Insights From Nagaland’s First Radiation Safety Officer - Eastern Mirror
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Insights from Nagaland’s first Radiation Safety Officer

89899000
By Moakala T Aier Updated: Feb 15, 2024 11:45 am

In an exclusive interview with Eastern Mirror, Longkumer, shared her experience and tips for those aspiring to pursue the path of becoming a medical physicist and a certified RSO

Radition Safety Officer
In frame: Aozungla Longkumer

DIMAPUR — A medical physicist by profession, Aozungla Longkumer is an epitome of how educators can leave a lasting impact and mould the future of young people.

“I was very fortunate to have had the best teachers and professors in higher secondary and college. I learnt about this career path through some academic magazines while in college and when the time came, my professors pushed me towards it,” recalled the first certified RSO (Radiation Safety Officer) from Nagaland, who is currently working as a medical physicist-cum-RSO at the Naga Hospital Authority, Kohima (NHAK).

After completing her Bachelor’s degree in physics, Longkumer joined Gauhati University for Masters in Radiological Physics, a programme conducted in collaboration with the Dr. B Borooah Cancer Institute (BBCI). After completing her mandatory one-year internship at the Gujarat Cancer & Research Institute (GCRI) in Ahmedabad, she cleared the Radiological Safety Officer (RSO) exam conducted by the Bhabha Atomic Research Centre (BARC), Government of India.

She then appeared for the NPSC Combined Technical Services Exam in 2018 and joined the state government service in 2019.

In an exclusive interview with Eastern Mirror, Longkumer, who has a passion for journaling, crocheting and calligraphy, shared her experience and tips for those aspiring to pursue the path of becoming a medical physicist and a certified RSO.

Can you shed some light on the distinction between a medical physicist and an RSO?
RSOs are medical physicists who have passed the certification exam for RSO. Difference is that only those medical physicists who are certified RSOs can be responsible for radiation safety in any facility setting that deals with both ionizing and non-ionizing radiation as mandated by the Atomic Energy Regulatory Board of India (AERB). And the rest of the duties and responsibilities are the same for both.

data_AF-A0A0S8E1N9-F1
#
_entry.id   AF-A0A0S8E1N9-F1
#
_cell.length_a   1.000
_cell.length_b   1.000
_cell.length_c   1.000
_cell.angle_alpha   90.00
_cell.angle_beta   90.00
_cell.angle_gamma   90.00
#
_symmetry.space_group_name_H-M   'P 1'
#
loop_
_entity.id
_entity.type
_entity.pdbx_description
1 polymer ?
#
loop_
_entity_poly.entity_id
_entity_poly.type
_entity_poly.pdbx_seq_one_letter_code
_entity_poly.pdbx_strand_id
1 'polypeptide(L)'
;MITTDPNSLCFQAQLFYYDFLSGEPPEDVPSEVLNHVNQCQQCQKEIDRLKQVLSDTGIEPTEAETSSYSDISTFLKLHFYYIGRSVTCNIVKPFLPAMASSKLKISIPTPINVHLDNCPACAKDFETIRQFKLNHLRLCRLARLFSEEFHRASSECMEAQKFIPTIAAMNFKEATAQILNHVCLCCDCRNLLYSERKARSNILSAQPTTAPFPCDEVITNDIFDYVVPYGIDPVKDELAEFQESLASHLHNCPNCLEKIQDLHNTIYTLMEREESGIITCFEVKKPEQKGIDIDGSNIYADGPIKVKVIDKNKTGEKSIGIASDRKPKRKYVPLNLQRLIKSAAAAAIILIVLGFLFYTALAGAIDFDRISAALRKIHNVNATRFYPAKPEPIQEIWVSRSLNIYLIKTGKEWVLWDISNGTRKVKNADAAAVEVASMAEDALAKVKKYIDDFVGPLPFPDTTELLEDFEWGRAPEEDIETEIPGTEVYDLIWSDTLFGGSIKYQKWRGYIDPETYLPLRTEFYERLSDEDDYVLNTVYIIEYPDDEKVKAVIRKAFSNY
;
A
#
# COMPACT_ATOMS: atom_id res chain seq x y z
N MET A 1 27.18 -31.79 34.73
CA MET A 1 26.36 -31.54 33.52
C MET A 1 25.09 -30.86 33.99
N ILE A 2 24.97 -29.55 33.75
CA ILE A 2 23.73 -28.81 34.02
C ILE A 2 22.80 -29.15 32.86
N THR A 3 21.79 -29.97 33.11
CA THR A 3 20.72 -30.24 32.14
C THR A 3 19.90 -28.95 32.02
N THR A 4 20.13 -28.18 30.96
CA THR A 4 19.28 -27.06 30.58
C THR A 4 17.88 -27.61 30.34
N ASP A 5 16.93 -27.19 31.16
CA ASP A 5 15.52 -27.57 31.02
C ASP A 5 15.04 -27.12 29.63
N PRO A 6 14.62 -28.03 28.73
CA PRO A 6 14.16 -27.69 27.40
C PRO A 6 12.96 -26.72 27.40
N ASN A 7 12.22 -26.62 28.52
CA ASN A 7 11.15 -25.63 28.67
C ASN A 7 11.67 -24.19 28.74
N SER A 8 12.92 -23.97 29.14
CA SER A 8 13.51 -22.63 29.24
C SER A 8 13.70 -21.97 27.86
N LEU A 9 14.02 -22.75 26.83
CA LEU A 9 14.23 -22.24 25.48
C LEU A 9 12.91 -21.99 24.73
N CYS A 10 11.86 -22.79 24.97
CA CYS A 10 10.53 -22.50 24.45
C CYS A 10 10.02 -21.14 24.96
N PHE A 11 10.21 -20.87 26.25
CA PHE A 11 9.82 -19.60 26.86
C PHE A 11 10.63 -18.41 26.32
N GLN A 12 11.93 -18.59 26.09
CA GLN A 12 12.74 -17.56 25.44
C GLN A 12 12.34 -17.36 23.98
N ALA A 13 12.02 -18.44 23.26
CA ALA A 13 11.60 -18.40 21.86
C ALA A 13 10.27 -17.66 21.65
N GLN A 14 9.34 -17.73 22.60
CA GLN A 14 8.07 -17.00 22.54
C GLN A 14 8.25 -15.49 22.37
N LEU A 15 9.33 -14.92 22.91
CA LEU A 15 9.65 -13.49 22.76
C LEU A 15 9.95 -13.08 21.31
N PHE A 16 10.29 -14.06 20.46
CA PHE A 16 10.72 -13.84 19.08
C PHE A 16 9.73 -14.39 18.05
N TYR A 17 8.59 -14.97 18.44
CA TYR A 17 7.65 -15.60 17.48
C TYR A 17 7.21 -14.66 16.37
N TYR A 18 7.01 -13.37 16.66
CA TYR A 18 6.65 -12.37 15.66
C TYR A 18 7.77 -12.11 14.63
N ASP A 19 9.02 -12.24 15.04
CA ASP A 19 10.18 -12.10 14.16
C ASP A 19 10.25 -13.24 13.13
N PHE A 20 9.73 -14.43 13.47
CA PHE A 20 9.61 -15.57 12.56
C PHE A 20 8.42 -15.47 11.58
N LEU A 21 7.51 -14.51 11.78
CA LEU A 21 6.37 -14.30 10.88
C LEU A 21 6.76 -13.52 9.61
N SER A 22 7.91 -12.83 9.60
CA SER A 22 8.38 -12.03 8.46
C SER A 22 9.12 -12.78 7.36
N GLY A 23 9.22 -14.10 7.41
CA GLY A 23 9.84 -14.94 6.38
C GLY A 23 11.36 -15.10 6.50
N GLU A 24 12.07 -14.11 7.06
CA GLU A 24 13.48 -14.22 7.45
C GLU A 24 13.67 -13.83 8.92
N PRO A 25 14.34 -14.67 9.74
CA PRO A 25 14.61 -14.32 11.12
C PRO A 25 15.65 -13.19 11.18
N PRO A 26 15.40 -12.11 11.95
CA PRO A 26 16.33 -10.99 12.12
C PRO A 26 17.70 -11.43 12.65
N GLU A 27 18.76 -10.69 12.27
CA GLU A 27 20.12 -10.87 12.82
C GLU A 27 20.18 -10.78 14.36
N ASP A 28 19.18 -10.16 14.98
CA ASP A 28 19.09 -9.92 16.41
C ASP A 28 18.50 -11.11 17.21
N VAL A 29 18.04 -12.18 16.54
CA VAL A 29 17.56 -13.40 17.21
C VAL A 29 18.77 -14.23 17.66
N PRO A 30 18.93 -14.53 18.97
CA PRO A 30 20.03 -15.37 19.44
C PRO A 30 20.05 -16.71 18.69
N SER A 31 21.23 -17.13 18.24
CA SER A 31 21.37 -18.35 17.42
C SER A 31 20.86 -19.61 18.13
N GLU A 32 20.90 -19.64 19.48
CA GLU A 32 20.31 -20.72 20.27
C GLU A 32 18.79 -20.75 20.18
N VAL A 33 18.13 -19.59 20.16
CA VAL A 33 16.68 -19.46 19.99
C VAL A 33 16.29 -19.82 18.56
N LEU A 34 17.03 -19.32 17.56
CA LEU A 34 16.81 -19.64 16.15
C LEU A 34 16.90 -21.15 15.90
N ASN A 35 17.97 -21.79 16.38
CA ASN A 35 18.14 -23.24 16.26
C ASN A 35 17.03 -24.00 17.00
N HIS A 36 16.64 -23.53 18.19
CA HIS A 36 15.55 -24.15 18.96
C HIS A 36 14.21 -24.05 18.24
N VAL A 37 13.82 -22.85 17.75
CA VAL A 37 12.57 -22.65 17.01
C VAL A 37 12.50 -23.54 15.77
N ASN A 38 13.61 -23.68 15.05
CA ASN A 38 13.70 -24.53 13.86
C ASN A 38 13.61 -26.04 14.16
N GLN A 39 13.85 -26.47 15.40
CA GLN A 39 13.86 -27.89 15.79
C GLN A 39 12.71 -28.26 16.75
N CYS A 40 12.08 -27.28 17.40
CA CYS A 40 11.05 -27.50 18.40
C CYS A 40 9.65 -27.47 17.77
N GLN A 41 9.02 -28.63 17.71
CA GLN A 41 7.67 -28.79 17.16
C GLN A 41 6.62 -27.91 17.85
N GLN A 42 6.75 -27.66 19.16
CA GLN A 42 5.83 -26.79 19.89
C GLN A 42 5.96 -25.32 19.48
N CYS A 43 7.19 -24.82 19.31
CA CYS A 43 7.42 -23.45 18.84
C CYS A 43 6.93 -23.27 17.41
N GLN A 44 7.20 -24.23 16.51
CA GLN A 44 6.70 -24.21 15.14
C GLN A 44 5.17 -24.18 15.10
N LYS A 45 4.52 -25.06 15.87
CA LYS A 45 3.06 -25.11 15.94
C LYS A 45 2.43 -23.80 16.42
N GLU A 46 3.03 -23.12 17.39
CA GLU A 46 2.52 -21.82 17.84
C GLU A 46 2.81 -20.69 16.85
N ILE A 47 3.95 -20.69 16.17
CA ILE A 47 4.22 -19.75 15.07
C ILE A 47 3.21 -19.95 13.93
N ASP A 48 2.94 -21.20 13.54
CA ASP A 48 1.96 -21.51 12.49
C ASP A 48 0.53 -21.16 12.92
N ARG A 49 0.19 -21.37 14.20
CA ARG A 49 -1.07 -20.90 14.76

That said, medical physics is a Master of Science programme which can be pursued after a Bachelor of Science with physics as major/honours paper. There are a number of universities that offer the course in India and most of them maintain a cut off of 60% in Physics as the eligibility criteria to sit for the entrance exam. And then after the three-year course one can work as a medical physicist. MPs have three attempts to clear the RSO examination.

Can you share the key skills and competencies necessary to succeed in this field?

Skills, competencies and level of dedication include:

a) It is very important for an MP/RSO to be really passionate about physics, especially Nuclear Physics first and foremost.

b) The desire to save lives and serve humanity.

c)  The ability to act quickly and wisely in emergency situations (radiation accidents).

d)  Lastly, sincerity and diligence. You can never afford to put your guards down.

The RSO of any radiation facility is responsible for making the call in case of any radiation emergency. And radiation if not contained and controlled can be lethal. So RSOs should at all times know the status of every radiation emitting device in their facility. And be well read, well-versed and well-trained for any emergency situation at any given point in time. Any radiation accident has the potential to harm a large group of people and the environment. So you cannot have your guards down very often as an RSO.

Some responsibilities and roles of an RSO? 

RSOs have three major roles in a radiotherapy centre:

a) Radiation safety: To ensure patient, public and environment safety with regard to radiation.

b) Treatment planning: Meticulously prepare treatment plans to ensure patients receive optimum radiation dose at target regions while sparing normal tissue from radiation damage.